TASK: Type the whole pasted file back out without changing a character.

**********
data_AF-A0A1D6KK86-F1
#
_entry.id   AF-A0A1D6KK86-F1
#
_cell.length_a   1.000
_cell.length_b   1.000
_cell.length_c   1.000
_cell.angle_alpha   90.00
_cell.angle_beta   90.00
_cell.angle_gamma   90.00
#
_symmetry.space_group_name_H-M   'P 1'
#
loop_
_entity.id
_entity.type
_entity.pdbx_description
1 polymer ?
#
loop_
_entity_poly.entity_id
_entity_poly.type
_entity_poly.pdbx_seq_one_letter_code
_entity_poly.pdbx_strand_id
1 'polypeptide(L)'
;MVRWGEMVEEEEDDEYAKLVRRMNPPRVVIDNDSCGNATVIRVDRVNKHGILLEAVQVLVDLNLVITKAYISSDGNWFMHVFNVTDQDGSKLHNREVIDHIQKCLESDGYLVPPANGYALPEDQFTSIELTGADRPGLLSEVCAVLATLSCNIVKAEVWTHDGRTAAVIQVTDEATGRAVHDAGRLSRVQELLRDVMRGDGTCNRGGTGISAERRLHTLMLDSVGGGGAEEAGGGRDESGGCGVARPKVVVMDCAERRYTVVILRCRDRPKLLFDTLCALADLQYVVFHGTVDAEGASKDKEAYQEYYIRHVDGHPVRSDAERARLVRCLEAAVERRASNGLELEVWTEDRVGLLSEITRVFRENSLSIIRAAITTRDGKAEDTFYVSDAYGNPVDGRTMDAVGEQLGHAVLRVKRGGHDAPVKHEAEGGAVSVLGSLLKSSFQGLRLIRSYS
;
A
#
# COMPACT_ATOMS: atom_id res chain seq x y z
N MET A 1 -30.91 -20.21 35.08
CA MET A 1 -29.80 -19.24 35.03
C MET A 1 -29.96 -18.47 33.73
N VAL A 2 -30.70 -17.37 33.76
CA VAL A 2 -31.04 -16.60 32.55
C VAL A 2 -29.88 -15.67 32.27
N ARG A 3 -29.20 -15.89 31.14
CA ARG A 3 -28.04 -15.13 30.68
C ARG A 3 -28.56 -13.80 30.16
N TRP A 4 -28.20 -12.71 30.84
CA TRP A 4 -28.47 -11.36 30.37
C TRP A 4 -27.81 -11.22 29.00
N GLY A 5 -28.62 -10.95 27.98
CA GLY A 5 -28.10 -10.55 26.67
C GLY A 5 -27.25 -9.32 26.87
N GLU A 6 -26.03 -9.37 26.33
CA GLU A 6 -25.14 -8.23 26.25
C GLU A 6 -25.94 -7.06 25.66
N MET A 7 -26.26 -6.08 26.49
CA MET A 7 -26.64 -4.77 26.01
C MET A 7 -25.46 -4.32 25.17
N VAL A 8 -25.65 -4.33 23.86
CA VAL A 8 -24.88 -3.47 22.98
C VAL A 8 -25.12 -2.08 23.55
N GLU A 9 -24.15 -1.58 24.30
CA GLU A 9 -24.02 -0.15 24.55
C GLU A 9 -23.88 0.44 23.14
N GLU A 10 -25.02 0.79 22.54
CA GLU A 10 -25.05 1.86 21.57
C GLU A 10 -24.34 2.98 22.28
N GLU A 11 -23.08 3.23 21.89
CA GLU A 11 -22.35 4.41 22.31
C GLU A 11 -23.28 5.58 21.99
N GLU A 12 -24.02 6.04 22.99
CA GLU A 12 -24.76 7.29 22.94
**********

data_AF-A0A1D6KK86-F1
#
_entry.id   AF-A0A1D6KK86-F1
#
_cell.length_a   1.000
_cell.length_b   1.000
_cell.length_c   1.000
_cell.angle_alpha   90.00
_cell.angle_beta   90.00
_cell.angle_gamma   90.00
#
_symmetry.space_group_name_H-M   'P 1'
#
loop_
_entity.id
_entity.type
_entity.pdbx_description
1 polymer ?
#
loop_
_entity_poly.entity_id
_entity_poly.type
_entity_poly.pdbx_seq_one_letter_code
_entity_poly.pdbx_strand_id
1 'polypeptide(L)'
;MVRWGEMVEEEEDDEYAKLVRRMNPPRVVIDNDSCGNATVIRVDRVNKHGILLEAVQVLVDLNLVITKAYISSDGNWFMHVFNVTDQDGSKLHNREVIDHIQKCLESDGYLVPPANGYALPEDQFTSIELTGADRPGLLSEVCAVLATLSCNIVKAEVWTHDGRTAAVIQVTDEATGRAVHDAGRLSRVQELLRDVMRGDGTCNRGGTGISAERRLHTLMLDSVGGGGAEEAGGGRDESGGCGVARPKVVVMDCAERRYTVVILRCRDRPKLLFDTLCALADLQYVVFHGTVDAEGASKDKEAYQEYYIRHVDGHPVRSDAERARLVRCLEAAVERRASNGLELEVWTEDRVGLLSEITRVFRENSLSIIRAAITTRDGKAEDTFYVSDAYGNPVDGRTMDAVGEQLGHAVLRVKRGGHDAPVKHEAEGGAVSVLGSLLKSSFQGLRLIRSYS
;
A
#
# COMPACT_ATOMS: atom_id res chain seq x y z
N MET A 1 -30.91 -20.21 35.08
CA MET A 1 -29.80 -19.24 35.03
C MET A 1 -29.96 -18.47 33.73
N VAL A 2 -30.70 -17.37 33.76
CA VAL A 2 -31.04 -16.60 32.55
C VAL A 2 -29.88 -15.67 32.27
N ARG A 3 -29.20 -15.89 31.14
CA ARG A 3 -28.04 -15.13 30.68
C ARG A 3 -28.56 -13.80 30.16
N TRP A 4 -28.20 -12.71 30.84
CA TRP A 4 -28.47 -11.36 30.37
C TRP A 4 -27.81 -11.22 29.00
N GLY A 5 -28.62 -10.95 27.98
CA GLY A 5 -28.10 -10.55 26.67
C GLY A 5 -27.25 -9.32 26.87
N GLU A 6 -26.03 -9.37 26.33
CA GLU A 6 -25.14 -8.23 26.25
C GLU A 6 -25.94 -7.06 25.66
N MET A 7 -26.26 -6.08 26.49
CA MET A 7 -26.64 -4.77 26.01
C MET A 7 -25.46 -4.32 25.17
N VAL A 8 -25.65 -4.33 23.86
CA VAL A 8 -24.88 -3.47 22.98
C VAL A 8 -25.12 -2.08 23.55
N GLU A 9 -24.15 -1.58 24.30
CA GLU A 9 -24.02 -0.15 24.55
C GLU A 9 -23.88 0.44 23.14
N GLU A 10 -25.02 0.79 22.54
CA GLU A 10 -25.05 1.86 21.57
C GLU A 10 -24.34 2.98 22.28
N GLU A 11 -23.08 3.23 21.89
CA GLU A 11 -22.35 4.41 22.31
C GLU A 11 -23.28 5.58 21.99
N GLU A 12 -24.02 6.04 22.99
CA GLU A 12 -24.76 7.29 22.94